NetWellness is a global, community service providing quality, unbiased health information from our partner university faculty. NetWellness is commercial-free and does not accept advertising.
Sunday, July 31, 2016
Prednisone induced diabetes
Regarding prednisone induced diabetes, the information I have seen suggests that diabetes can be induced as a result of taking prednisone but that diabetes so induced is transient in nature, except where physicians respond by treating with insulin.
In those cases, what would have otherwise been a temporary condition evolves into a chronic condition requiring life-time insulin therapy. Is this true? Would a person who developed diabetes as a result of taking prednisone been predisposed to developing diabetes anyway? Would the diabetes have resolved if insulin therapy had not been started?
Prednisone is a drug which is similar to the hormone cortisone or cortisol produced by the adrenal gland. These are all members of the molecules referred to as glucocorticoids, which are frequently used for treatment because they reduce inflammation but were named based on their action on glucose or sugar. All act in the direction of raising blood sugar.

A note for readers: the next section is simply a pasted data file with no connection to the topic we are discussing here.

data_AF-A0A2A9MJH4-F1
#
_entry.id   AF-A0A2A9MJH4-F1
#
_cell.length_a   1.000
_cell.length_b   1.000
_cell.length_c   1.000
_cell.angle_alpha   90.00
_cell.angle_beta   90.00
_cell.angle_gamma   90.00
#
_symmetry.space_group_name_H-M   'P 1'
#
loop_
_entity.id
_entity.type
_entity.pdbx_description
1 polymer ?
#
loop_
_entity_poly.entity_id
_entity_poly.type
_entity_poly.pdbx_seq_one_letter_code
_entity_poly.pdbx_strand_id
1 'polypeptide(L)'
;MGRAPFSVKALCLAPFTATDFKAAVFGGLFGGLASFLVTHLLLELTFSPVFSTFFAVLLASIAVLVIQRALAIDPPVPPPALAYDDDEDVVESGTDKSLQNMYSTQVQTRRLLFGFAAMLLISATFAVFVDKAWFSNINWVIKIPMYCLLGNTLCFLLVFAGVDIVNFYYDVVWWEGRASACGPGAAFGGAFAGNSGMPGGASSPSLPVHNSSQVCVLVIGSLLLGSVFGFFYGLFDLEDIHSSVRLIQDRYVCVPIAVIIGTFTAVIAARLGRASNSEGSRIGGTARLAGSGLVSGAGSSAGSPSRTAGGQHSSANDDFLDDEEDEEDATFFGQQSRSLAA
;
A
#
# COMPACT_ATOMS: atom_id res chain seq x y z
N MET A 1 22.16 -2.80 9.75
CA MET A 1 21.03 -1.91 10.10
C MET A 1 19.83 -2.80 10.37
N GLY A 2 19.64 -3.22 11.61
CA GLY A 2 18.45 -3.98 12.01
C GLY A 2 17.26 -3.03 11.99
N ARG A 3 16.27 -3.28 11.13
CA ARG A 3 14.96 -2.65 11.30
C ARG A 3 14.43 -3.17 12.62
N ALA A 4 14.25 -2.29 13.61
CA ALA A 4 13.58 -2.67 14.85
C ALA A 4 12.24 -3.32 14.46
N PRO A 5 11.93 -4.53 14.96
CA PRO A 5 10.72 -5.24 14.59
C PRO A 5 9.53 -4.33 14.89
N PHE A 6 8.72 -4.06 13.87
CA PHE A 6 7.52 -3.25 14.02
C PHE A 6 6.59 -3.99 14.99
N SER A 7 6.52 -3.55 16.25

They are likely to cause abnormalities in blood sugar primarily in people predisposed to diabetes when used at lower doses. The higher the dose used, the more likely blood sugar will become abnormal and that effect may then be seen in people with less of a predisposition to diabetes.
The use of insulin does not alter the likelihood that diabetes may manifest when these drugs are used will be permanent. It may be the other way round: insulin is likely to be used in those with the most severe abnormalities in blood sugar resulting from the prednisone and those are the ones who are likely to need ongoing treatment for diabetes.
Please recognize however that the insulin DID NOT CAUSE that situation - its use is a result of that situation.
Robert M Cohen, MD
Professor of Clinical Medicine
College of Medicine
University of Cincinnati